Once I went to a film showing at IMAX. It was a Harry Potter film, I remember. I remember the theatre was very steep, constructed at a sharp angle against the enormous screen. You had to go down a lot of stairs to reach street level.

For myself, I am almost ready to go. I will do what I can to help my family but after those measures are in place I don't care how long I continue to live. All I want is to make sure my family is looked after. I know it sounds a little melodramatic to say this but it's true. I have been through so much in my life, and I am almost at an end of the process of discovery. There are no new things under the sun, and I can happily pass to the other side of the dark curtain that separates us from the other life, the life of the spirit.

What happens to us in that other life I don't know. Perhaps we drift on the winds in clouds like transparent jellyfish, watching the living go about their daily activities and praying for their wellbeing. Someone has to be watching out for us, we are so fragile. I hope it will be me. I can do it. I can look down on the crowds of the living marching up Market Street of a morning before work, bags over their shoulders or held in their sweaty hands. I can wait at the lights while they stop at the cafe for a cup of brown before going into the office. I can do all that. Let me.

Wednesday, 9 November 2016

Major loony wins US election

The Sydney Morning Herald is currently giving Donald Trump 264 electoral votes out of 270. It looks therefore as though the American people have done the unthinkable and elected a complete loon to their highest office.

The signs were there from the beginning of the evening, when Hillary started to lose key states like Florida and Ohio. Now, Trump is even looking set to win traditionally Democrat states like Michigan and Wisconsin. He has targeted the rust belt, the areas hit most forcefully by the GFC, where property prices have collapsed and people are trying just to get away, if they can.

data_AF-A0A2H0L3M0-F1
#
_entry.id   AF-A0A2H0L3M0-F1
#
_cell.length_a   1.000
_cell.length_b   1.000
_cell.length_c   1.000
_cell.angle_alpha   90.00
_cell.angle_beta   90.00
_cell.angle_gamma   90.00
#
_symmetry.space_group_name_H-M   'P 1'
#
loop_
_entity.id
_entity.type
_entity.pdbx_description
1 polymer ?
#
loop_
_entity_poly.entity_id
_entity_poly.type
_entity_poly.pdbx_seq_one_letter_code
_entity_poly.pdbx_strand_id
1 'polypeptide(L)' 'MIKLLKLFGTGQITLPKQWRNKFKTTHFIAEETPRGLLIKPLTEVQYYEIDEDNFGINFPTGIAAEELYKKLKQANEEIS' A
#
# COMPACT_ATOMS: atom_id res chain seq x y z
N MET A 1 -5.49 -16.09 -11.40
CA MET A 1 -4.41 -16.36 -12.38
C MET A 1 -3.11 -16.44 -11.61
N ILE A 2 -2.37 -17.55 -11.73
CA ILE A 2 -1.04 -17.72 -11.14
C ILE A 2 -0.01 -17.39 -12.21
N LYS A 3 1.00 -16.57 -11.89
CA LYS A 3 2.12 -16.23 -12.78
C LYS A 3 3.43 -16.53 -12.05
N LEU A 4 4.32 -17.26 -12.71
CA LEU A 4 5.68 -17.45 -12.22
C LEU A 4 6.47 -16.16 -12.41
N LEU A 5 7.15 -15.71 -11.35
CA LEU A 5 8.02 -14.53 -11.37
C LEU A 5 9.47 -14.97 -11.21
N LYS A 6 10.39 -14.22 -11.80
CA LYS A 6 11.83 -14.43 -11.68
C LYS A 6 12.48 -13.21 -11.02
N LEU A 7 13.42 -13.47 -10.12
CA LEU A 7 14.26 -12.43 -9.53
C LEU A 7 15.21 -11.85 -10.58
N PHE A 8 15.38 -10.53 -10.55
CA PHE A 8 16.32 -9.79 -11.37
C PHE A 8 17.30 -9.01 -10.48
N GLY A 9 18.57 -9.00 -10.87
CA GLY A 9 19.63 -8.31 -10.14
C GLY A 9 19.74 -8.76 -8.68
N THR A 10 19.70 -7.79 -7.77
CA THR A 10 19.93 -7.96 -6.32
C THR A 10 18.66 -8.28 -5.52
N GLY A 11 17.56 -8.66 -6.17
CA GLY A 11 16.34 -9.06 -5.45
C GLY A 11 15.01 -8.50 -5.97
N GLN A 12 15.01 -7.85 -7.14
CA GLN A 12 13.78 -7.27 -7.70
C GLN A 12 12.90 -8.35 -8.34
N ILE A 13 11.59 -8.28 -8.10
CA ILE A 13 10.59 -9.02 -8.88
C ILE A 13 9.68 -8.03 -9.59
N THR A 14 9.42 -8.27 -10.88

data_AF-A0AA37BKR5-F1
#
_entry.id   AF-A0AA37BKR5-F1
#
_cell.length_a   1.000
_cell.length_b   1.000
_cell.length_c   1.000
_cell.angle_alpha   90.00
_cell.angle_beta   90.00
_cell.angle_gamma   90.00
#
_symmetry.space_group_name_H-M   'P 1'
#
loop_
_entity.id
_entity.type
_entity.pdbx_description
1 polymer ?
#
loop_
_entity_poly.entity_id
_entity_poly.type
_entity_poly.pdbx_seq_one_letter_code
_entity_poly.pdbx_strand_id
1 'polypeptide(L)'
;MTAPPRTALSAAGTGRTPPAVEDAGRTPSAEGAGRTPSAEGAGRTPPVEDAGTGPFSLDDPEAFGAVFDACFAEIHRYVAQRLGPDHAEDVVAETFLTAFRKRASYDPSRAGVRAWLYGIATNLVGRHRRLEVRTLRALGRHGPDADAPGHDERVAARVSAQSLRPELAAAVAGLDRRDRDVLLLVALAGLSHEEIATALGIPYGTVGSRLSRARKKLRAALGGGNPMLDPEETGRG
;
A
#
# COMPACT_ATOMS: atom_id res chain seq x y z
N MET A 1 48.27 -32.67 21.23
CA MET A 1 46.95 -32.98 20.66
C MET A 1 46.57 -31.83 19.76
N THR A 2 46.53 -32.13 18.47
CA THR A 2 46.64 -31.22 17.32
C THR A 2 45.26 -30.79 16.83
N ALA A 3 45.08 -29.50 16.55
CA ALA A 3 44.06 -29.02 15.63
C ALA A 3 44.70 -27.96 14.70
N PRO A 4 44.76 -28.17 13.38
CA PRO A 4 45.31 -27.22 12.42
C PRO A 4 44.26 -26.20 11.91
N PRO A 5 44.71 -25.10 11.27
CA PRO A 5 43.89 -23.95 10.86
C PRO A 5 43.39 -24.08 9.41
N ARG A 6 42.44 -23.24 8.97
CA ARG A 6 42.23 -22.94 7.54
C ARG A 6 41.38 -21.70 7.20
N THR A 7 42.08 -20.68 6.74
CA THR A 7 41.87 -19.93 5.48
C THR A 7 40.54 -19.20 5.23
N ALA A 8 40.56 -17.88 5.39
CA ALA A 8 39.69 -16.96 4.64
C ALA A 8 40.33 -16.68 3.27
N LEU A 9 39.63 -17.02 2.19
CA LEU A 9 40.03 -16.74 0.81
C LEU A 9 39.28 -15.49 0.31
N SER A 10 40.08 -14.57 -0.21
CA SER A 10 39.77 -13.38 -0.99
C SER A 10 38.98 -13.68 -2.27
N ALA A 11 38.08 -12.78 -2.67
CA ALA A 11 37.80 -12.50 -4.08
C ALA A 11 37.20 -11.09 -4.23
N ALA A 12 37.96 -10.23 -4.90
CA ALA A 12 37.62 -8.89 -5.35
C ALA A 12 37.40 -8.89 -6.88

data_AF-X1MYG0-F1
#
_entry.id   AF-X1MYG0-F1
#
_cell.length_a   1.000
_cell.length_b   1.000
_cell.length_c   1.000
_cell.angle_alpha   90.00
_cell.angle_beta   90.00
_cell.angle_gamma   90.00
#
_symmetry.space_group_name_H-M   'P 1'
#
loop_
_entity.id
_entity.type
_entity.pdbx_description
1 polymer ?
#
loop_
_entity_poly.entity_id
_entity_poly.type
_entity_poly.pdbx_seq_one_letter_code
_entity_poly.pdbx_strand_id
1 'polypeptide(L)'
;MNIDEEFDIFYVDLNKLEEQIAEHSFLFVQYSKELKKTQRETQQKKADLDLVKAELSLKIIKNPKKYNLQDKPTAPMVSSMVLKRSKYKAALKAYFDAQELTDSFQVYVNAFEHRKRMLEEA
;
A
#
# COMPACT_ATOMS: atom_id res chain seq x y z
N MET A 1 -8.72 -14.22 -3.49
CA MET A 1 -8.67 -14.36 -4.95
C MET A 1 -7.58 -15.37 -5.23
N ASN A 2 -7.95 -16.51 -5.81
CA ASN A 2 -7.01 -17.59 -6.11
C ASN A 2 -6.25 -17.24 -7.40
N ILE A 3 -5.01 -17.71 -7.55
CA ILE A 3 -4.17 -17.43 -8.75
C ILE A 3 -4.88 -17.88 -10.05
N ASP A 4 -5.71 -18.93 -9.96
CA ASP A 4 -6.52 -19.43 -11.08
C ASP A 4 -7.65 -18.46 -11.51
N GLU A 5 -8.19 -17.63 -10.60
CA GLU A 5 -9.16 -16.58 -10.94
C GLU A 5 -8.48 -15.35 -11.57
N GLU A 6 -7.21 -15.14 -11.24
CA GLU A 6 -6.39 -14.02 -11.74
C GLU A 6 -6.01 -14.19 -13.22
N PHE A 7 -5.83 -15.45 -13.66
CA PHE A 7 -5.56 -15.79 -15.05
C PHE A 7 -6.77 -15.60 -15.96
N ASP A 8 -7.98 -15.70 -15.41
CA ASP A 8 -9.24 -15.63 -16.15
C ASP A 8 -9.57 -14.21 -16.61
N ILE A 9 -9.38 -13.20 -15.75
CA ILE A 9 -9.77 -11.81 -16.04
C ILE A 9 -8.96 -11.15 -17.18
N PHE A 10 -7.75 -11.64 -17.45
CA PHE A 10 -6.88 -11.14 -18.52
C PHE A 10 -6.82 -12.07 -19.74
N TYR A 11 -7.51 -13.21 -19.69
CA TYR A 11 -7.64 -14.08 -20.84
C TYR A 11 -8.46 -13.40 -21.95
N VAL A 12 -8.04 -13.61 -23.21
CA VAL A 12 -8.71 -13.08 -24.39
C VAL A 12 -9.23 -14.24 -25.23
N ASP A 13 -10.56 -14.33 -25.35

Trump's foreign policy looks likely to set the US on a track of aggression against China - he wants a 45% import tax on goods and services supplied from China to the US - and he also wants foreign nations like South Korea and Japan  to pay for more of their own defense. This means that Japan and South Korea will be forced to develop their own nuclear defense programs. As far as Australia goes, it is likely that we will be more responsible for our own defense and the US might even pull its Marines out of Darwin as it scales back operations globally.

At least now we know that Trump was right when he called this pending election "Brexit plus plus plus". This is a backlash of the American white working class against its traditional rulers - the college-educated middle class. And it is a stunning victory, one which noone could have seen coming. We'll have to see if China now decides that it's a good time to invade Australia, but there are millennarian feelings and intimations surrounding current events that make such an outcome seem at least possible.

Saturday, 5 November 2016

A windy Saturday

I noticed on the way through John Street Square this morning that the light rail had been stopped and that they had put on buses to transport prospective passengers to their destinations both up and down the line. In the Haymarket I saw the reason for the stoppage: a fairly major exercise in repairing the tracks, or something possibly related to the introduction of a light rail line along George Street in the CBD. The photo shows the measures the authorities have set up in the Haymarket to suppress sound from the repairs.

Back up on Harris Street a young woman sat in a car facing south with a paddy wagon with flashing lights sitting behind it. She looked preoccupied, as I suppose you would be in that circumstance.

It was a windy day out, with whitecaps on the harbour up behind Pyrmont and dark water generally about the place. The gusts of wind pulled up my shirttails and had made women tie up their hair. In Chinatown the restaurant spruikers were out in numbers but the tables were empty; no doubt it was too windy to sit outside under the trees. The trees up along Harris Street were still dusting the footpaths with their seeds.

Walking in the bright sunshine of a Sydney weekend I thought of my family in Tokyo and how they would have liked to be able to visit in this kind of weather. The restaurants for tourists along the Darling Harbour waterfront were doing good business as it was sunny and warm. Ideal weather for people to sit on the tables under the umbrellas designed to keep the sun off diners.